Excited to finally start school myself, I walked from Yotsuya Station towards the main gate of Sophia University. Around me was a sea of black haired students congregating, happy to see each other after summer break. The majority of girls around me were dolled up in full face makeup and heels -- a stark contrast to myself who sports merely winged eyeliner and Birkenstocks, or combat boots. Although I was overwhelmed by the amount of fast-paced, casual Japanese spoken around me, it mentally prepared me for my first class: Japanese. Finding this classroom wasn’t a problem, however maneuvering the elevators was difficult. Not only because you cram as many people (and their backpacks) in as possible, but because the doors close so quickly. I’ve already lost track of the number of times the metal doors have sandwiched me within a few seconds of stepping in the crowded box. Navigating campus itself was easy since Sophia is a relatively small school with around 12,000 undergraduate students. However, the organization of the courses was rather confusing the first week. At Sophia there’s no capacity for class size, which is convenient since you’re guaranteed registration for all your desired classes. Unfortunately, in order to fit all the students, the classroom is subject to change at any time, so it’s important to keep track of your classroom listings on Sophia’s bulletin board.  

This semester I’m taking a Japanese language course, Gender in Japanese Visual Culture, Japanese Religions, and an Introduction to Linguistics course which looks specifically at English and Japanese. My language class has international students from America, Brazil, France, Germany, Guatemala, Jordan, Taiwan, and Vietnam. This wide range creates a rich context for the discussion of cultural differences in our home countries as we learn social norms and customs in Japan. Thus far, all of my time in Tokyo has been a learning opportunity. Navigating unfamiliar spaces, breaking through language barriers, and discerning differences in a foreign land is not an easy task. Just remember -- there’s people in the same boat as you eager to embrace these waves.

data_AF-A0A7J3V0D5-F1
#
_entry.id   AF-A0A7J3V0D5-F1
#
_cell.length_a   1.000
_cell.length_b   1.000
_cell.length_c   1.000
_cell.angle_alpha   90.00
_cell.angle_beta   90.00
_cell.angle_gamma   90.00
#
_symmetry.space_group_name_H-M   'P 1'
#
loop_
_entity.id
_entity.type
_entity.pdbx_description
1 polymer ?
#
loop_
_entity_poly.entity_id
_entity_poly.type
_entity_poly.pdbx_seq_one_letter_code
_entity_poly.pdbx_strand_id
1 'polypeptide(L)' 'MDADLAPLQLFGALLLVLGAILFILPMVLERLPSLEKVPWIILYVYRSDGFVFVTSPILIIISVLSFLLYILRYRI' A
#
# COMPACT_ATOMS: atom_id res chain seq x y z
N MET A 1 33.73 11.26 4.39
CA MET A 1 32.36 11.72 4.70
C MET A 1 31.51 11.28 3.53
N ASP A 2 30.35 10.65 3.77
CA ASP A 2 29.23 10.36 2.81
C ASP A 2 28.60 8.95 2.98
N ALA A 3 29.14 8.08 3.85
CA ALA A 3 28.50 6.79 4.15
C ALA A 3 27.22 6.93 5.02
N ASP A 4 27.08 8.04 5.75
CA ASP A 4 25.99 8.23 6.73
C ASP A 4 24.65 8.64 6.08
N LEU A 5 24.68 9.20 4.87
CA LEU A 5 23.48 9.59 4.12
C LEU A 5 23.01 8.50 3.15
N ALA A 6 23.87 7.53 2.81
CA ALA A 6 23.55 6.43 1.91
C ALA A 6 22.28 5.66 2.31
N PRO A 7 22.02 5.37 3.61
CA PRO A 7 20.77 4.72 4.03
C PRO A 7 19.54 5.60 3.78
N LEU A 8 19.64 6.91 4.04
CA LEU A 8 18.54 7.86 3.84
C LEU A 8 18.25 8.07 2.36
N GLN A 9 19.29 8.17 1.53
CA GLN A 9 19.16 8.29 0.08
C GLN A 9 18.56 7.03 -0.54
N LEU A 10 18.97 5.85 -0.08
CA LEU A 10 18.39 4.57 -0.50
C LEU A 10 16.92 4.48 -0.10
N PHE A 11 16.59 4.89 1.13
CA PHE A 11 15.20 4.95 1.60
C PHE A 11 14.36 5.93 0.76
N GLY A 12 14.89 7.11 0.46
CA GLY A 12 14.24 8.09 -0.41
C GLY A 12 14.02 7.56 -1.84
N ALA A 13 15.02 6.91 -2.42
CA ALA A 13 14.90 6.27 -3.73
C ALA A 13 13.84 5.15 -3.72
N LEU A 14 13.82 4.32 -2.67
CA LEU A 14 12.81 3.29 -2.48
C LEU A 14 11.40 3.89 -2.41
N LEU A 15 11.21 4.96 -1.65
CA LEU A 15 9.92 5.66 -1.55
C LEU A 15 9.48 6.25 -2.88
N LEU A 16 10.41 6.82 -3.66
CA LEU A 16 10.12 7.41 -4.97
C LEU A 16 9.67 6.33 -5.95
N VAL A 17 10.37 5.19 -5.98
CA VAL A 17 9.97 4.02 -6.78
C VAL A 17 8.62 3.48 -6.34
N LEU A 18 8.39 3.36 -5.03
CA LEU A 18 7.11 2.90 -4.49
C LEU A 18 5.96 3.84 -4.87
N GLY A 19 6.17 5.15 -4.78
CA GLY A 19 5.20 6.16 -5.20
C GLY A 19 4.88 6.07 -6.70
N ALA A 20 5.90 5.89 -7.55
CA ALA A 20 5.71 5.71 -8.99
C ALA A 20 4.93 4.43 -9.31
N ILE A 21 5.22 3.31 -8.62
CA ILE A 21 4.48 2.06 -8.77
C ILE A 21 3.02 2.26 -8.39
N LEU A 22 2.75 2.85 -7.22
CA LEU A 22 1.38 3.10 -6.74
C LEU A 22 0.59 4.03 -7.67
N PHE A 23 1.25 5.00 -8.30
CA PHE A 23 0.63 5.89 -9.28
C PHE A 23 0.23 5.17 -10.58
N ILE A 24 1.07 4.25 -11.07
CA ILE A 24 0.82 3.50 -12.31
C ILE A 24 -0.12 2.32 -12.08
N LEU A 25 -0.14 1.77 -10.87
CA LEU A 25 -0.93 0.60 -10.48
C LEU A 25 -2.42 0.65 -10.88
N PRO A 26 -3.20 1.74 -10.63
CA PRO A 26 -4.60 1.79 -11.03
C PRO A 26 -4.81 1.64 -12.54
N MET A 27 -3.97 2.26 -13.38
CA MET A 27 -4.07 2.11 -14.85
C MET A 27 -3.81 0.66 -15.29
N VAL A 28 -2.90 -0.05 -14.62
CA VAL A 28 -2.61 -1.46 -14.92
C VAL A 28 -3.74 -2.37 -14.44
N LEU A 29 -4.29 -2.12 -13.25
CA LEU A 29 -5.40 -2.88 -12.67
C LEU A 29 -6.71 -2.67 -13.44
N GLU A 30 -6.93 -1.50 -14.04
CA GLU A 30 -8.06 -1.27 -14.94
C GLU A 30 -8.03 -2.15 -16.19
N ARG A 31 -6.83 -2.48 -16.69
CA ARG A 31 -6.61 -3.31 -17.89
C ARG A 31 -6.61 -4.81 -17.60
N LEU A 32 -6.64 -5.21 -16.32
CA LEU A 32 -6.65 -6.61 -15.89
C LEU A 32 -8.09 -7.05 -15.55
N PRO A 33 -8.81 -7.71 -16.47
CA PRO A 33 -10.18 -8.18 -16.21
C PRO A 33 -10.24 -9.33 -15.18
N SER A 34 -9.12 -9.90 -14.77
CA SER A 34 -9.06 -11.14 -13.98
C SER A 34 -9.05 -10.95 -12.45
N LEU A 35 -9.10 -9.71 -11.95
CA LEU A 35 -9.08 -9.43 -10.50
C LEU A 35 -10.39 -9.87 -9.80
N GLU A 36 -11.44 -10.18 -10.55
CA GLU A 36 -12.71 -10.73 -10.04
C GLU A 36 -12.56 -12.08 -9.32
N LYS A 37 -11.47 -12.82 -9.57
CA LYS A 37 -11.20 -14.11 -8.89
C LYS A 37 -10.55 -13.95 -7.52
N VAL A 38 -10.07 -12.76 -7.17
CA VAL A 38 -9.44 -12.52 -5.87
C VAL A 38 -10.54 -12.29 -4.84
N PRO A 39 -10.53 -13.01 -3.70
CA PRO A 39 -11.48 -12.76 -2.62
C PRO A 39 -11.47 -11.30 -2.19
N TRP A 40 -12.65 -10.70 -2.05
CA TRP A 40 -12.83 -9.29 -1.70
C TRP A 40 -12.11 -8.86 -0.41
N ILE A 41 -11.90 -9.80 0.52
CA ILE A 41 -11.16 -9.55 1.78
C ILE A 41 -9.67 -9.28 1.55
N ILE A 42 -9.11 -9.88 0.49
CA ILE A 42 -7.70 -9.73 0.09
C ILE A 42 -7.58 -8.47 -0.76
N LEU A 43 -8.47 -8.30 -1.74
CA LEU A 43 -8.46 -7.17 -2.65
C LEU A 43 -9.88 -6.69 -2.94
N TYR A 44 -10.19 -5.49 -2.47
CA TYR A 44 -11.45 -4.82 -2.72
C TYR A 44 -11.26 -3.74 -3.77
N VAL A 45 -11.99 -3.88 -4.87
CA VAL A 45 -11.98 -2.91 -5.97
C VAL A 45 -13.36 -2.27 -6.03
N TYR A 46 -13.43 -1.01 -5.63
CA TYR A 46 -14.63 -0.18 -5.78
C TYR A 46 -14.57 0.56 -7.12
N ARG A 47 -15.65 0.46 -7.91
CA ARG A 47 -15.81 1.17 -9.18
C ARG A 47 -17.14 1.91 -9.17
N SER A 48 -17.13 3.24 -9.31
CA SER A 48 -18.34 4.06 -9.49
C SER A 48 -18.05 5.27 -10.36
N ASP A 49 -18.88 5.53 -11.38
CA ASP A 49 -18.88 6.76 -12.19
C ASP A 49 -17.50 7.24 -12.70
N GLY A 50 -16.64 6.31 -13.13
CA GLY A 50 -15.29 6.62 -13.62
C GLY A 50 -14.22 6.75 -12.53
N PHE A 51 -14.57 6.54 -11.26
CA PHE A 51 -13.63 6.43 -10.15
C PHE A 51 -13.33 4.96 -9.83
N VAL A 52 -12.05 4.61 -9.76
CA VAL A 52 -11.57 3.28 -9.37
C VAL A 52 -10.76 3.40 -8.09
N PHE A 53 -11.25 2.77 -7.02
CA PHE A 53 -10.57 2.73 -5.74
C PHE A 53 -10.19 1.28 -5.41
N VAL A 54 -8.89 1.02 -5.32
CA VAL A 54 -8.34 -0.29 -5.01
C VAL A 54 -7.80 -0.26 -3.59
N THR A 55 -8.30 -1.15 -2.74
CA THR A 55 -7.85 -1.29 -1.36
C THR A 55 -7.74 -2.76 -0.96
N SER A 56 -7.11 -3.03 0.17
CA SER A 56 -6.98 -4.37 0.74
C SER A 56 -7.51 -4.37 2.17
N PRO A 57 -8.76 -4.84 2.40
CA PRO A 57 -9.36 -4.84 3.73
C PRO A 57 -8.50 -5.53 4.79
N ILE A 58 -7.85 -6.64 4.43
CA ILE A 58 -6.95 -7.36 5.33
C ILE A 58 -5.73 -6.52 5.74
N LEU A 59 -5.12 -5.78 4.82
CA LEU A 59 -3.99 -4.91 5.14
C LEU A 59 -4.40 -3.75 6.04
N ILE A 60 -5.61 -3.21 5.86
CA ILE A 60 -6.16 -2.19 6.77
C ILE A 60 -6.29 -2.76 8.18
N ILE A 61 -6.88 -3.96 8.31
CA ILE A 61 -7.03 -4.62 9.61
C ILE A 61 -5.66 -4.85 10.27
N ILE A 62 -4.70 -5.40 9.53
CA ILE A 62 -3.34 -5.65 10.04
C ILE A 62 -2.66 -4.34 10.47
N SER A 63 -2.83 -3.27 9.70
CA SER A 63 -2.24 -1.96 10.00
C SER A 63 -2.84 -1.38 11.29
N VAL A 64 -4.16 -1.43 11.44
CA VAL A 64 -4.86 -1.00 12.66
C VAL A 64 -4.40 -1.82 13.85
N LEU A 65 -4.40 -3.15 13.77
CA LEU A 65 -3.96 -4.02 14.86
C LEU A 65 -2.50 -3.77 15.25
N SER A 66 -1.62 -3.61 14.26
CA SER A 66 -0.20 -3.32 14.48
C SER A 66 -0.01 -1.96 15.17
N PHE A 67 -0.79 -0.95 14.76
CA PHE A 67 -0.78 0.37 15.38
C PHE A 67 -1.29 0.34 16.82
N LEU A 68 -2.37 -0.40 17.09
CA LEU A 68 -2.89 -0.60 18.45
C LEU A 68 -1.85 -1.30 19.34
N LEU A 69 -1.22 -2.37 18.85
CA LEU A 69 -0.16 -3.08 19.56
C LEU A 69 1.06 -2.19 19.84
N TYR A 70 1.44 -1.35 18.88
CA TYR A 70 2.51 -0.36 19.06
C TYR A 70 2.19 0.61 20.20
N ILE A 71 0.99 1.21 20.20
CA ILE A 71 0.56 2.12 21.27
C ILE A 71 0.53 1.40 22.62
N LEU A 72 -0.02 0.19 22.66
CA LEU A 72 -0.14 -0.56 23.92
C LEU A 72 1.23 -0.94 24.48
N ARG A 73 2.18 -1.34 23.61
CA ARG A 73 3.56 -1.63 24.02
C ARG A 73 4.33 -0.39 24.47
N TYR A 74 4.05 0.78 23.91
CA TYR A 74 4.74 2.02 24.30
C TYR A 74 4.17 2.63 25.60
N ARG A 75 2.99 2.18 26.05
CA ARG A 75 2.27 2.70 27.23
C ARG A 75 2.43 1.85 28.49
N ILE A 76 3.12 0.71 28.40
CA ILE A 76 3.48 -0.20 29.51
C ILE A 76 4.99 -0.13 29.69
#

Tokyo, Trains, and Taking Risks: My First Few Weeks as a Study Abroad Student



After last minute preparations, hard goodbyes, and a 13 hour plane ride I've finally made it. The Land of the Rising Sun -- a land not quite as foreign as it was four years ago. Although my body traveled 14 hours into the future, my mind is still stuck in limbo and reality has yet to hit me. I'm in Japan. I'm constantly flipping between a mix of excitement, nervousness, and some sadness as if my emotions are TV shows not interesting enough to stick with for more than a minute or two. Luckily, navigating Narita Airport came naturally as I meandered through immigrations, baggage claim, and customs -- at least until I struggled pushing my cart back and forth across the airport in a frogger-like fashion to retrieve my pocket Wi-Fi and meet the CIEE staff. 




Fast forward -- I've now spent three full days in Japan and am exhausted. It’s not jet lag so much as sensory overload. After welcoming us at the official program opening meeting, we took a bus to Naritasan Temple and roamed freely. We got our おみくじ (paper fortune) and I received bad luck. Under travel it read: "Be cautious as things will not go smoothly." This is not what you want to hear after traveling across the globe.